at the mouth of Green river, running due north twenty 



PRESB YTER Y OF INDIANA POLIS. 17 

miles, thence north-westward to the mouth of White 
river, was attached to the Presbytery of Muhlenburg. 

INDIANAPOLIS AS A MISSIONARY FIELD. 

In the fall of 1823, the Rev. D. C. Proctor removed to 
Kentucky. "From this time," writes the Rev. Isaac 
Reed, then preaching to the Bethany church, in Owen 
county, " the particular care of the church of Blooming- 
ton and of Indianapolis fell upon me, and neither sacra- 
ments nor baptism were administered in either except 
by my ministry, until the arrival of Rev. Mr. Bush, at 
the latter place, in the summer of 1824, and of Mr. Hall 
at Bloomington, near the same time." * 

While Mr. Reed was thus, through the latter part of 
1823 and the iirst half of 1824, supplying the church at 
Indianapolis, he wrote thus of it to the United Domestic 
Missionary Society, a society which in 1826 became 
merged with the American Home Missionary Society :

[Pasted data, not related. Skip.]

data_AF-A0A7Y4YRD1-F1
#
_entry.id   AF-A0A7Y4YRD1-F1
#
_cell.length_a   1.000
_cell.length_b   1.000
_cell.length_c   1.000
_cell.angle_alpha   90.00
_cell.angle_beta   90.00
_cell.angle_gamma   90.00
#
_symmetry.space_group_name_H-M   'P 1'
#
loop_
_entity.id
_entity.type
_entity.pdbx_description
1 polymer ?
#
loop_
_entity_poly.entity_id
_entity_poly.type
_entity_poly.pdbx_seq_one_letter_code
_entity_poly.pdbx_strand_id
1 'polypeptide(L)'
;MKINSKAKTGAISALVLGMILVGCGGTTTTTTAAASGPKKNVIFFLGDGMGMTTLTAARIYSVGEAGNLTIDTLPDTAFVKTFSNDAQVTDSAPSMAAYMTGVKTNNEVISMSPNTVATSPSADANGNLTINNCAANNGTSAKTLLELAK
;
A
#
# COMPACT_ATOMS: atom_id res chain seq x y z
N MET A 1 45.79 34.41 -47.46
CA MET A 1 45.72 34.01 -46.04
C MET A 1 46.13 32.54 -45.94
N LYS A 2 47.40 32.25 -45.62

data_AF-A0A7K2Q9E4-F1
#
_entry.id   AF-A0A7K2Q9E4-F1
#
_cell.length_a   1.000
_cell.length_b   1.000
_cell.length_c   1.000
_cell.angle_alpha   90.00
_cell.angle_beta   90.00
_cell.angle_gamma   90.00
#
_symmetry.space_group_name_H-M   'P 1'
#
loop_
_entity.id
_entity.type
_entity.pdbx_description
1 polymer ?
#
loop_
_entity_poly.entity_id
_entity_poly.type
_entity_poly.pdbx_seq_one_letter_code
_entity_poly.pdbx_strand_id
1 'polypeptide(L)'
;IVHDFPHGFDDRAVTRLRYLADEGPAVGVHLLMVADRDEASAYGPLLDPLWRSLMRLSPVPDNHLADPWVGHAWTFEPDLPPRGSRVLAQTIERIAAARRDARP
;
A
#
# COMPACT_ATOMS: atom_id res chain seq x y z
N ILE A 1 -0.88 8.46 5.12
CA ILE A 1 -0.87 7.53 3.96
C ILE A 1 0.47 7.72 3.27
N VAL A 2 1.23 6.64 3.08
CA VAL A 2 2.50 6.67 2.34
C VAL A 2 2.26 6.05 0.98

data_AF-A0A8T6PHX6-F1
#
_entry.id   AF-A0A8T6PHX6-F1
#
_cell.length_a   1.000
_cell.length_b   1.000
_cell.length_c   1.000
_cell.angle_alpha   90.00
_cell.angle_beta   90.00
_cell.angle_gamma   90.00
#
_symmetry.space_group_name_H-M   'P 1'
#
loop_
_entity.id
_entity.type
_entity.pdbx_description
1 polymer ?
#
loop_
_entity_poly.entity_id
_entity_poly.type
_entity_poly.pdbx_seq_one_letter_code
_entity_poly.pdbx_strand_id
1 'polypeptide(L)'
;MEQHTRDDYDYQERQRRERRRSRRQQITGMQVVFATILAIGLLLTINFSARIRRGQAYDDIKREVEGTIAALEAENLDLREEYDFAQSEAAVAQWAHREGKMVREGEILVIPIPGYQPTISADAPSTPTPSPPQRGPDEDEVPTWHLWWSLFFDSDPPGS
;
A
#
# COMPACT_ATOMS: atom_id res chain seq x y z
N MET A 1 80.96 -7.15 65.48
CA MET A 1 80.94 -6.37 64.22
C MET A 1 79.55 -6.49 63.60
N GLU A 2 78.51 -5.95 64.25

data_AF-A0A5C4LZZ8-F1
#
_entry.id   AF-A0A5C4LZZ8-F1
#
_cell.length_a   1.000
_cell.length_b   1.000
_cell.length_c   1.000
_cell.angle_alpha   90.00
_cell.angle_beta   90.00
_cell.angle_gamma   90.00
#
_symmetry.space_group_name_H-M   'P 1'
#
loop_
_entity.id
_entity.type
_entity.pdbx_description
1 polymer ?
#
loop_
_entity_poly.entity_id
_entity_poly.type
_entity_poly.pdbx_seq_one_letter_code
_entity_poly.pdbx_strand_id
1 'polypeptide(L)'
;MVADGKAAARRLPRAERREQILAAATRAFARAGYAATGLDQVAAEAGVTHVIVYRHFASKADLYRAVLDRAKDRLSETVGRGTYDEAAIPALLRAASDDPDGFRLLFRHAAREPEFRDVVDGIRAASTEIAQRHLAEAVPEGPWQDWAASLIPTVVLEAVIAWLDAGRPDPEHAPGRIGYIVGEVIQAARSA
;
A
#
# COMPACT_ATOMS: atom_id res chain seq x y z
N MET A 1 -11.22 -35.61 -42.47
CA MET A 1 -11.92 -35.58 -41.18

"Indianapolis, the new and permanent seat of govern- 
ment for the State, is a place of great need and high 
hope for a located missionary. I was lately there, and 
the session of the church showed me a written resolution 
of their society, which they design to forward to you. 
This resolution requests the location of a missionary 
there. I encouraged them to forward it. There are 
many reasons why this location should be made. A 
church is commenced there, which has eighteen mem- 
bers, four of them are male persons. A meeting-house 
is built, at least raised and covered in. The congrega- 
tion is willing to raise for your missionary two hundred 
dollars a year. There is a little Baptist church and a 
little Methodist society ; and there is no church of our 
order near enough to unite with these to obtain a minis- 

* Christian Traveller, p. 145. 



18 HISTORY OF THE 

ter ; the nearest is lifty-two miles. It is thought by the 
session, if they can have a missionary for one year, they 
can support him after that time, they have such pros- 
pects from those who are expected to move there within 
a year. Now they look to you, brethren, to appoint 
them one; and he ought to be there as soon as possible. 
The}' want a man of such talents as are favorable to col- 
lecting and embodying society ; one who would be 
willing to become settled. He should appropriate his 
Sabbaths to the town, and have week day appoint-